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Trekking in Turkey part three

By Tim Hollett
Special to The Packet


It’s a typical early start the next day. We wander past a huge Roman fort onto the delta of the Esen River. Patara Beach, the longest sand beach in Turkey, starts here. But we won’t walk it today as our route is inland past the ruins of Letoon and Xanthos, skirting the head of the delta, before arriving at the distant end of this 18-kilometre-long broad expanse of dune-fringed white sand.

As we wander into the nearest village to look for a taxi to save some comparably uninspiring flat walking through the sea of tomato greenhouses that are the defining feature of this delta, a farm tractor, towing a trailer load of tomatoes, comes to a halt beside us. He motions for us to jump on. We are not sure how we will fit, but as he insists and doesn’t seem to want to take “Hayur” (no) for an answer, we pile on: Lisa on one fender, Clare on the other, while Ross and I balance on the hitch. As the driver up-shifted into third gear I thought to myself that if I do lose a leg on this ride, at least there is a 50-per-cent chance it’ll be the bad one.

Fortunately the only casualty of the tractor ride is the crate load of tomatoes that I haul down over my head when climbing down off the hitch. The driver thinks this hilarious. We reload most of the tomatoes, but keep about as many as we can carry, once again at the vehement insistence of the driver.

The remainder of the day is spent exploring the UNESCO world heritage sites of Letoon and Xanthos. These ruins, unlike most in Turkey, actually have small administrative buildings and an entrance charge. Like everywhere else though, goats get in for free.

Late afternoon, we find ourselves in Klinik, waiting for a dolmuş (taxi), when a young man in a 20-year-old Turkish car pulls up. He has a baby on the passenger seat. He tells us, in very good English, that he has a boarding house in Gelemis, near the eastern end of Patara Beach. He offers us a ride, no strings attached. We agree. Clare takes the baby in her lap.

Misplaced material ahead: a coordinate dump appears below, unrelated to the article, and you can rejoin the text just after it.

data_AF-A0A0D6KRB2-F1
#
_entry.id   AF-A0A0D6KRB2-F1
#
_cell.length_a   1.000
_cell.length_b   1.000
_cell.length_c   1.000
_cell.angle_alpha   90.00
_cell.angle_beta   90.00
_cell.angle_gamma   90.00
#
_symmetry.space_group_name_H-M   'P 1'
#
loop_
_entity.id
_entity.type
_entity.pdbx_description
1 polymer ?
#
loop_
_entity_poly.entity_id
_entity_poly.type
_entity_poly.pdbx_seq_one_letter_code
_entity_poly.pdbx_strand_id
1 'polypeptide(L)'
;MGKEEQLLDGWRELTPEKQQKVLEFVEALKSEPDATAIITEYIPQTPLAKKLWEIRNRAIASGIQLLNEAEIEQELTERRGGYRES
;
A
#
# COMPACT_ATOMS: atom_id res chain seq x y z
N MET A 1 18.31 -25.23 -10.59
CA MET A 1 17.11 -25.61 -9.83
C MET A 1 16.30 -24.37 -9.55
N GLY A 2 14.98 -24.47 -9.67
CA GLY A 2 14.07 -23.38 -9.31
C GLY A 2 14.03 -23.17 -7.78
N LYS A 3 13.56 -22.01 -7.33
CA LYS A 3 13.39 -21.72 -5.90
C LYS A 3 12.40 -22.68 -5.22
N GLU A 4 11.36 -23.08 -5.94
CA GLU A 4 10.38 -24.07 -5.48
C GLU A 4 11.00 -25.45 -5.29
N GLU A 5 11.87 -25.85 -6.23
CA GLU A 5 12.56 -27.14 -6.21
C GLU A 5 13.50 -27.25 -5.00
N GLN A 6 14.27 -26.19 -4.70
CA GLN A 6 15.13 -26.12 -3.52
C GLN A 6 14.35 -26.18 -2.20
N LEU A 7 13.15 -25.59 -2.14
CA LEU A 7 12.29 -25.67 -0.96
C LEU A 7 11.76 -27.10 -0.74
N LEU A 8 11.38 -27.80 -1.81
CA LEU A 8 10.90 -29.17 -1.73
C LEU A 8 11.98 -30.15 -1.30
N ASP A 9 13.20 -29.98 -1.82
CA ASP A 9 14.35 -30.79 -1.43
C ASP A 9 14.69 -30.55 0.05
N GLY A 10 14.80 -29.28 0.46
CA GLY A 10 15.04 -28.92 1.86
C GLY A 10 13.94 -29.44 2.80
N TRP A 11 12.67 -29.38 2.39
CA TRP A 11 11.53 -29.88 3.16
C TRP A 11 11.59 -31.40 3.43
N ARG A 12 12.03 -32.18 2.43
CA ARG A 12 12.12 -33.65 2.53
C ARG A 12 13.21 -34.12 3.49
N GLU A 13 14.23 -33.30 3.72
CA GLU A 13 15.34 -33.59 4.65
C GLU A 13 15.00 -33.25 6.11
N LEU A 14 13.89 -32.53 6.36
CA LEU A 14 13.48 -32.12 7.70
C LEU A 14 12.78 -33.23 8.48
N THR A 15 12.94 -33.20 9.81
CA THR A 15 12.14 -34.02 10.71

En route we stop at one of his greenhouses. He gives us a tour. Thousands of tomato plants, and a few beehives for pollination, produce two crops per year. The tomatoes are shipped as far as Russia. But prices are down at the moment. Our driver has a third job as a toll booth operator at the Patara Ruins.

When we get to his Zaybek (boarding house), we are not disappointed. Three generations of his family live there. The pool is spotless, as are the rooms. There is bottomless tea from a wood-fired kettle, and we are served one of the best home cooked meals of the trip. It proves to be an ideal spot to recharge. We stay two nights, explore the ruins of Patara and enjoy a leisurely stroll and swim at the beach.

The next hiking day takes us back around the eastern side of the Patara Delta. A large dog accompanies us most of the day. He is a docile and well-mannered creature until a charging Rottweiler startles us. Our littlest hobo springs into action, chasing off the intimidating canine and then returning to walk peacefully with us again.

The last few hours of this walk is along a Roman aqueduct, which makes for mercifully level travel. There is a section that was designed as a siphon. Stone blocks, each bored out and fitted together precisely with the next, made a watertight seal when lined with clay. The Roman engineers made water run up hill this way. It is hard to believe that some of the villages serviced by such systems almost 2,000 years ago, have only again been provided running water, the second time, in the last few years.

We spend the next four days hiking along the coast with the Australians. We climb higher into cloud shrouded mountains, explore still more ruins, and continue to enjoy the famed Turkish hospitality and fresh local cuisine. In total we cover over 150 kilometres of hiking. At Kaş, the laid back coastal tourist town about a third of the way through the Lycian Way, we enjoy one last evening meal with Clare and Ross and then part ways. Lisa and I grab a bus on to Antalya, where we are to fly back to Istanbul, while the Australians continue their walking holiday. We are envious!

 

Tim and Lisa head to Instanbul, Turkey's largest city, full of history and culture, in the next installment of Around the World, coming next week.

Organizations: UNESCO

Geographic location: Turkey, Gelemis, Patara Beach Russia Antalya Istanbul

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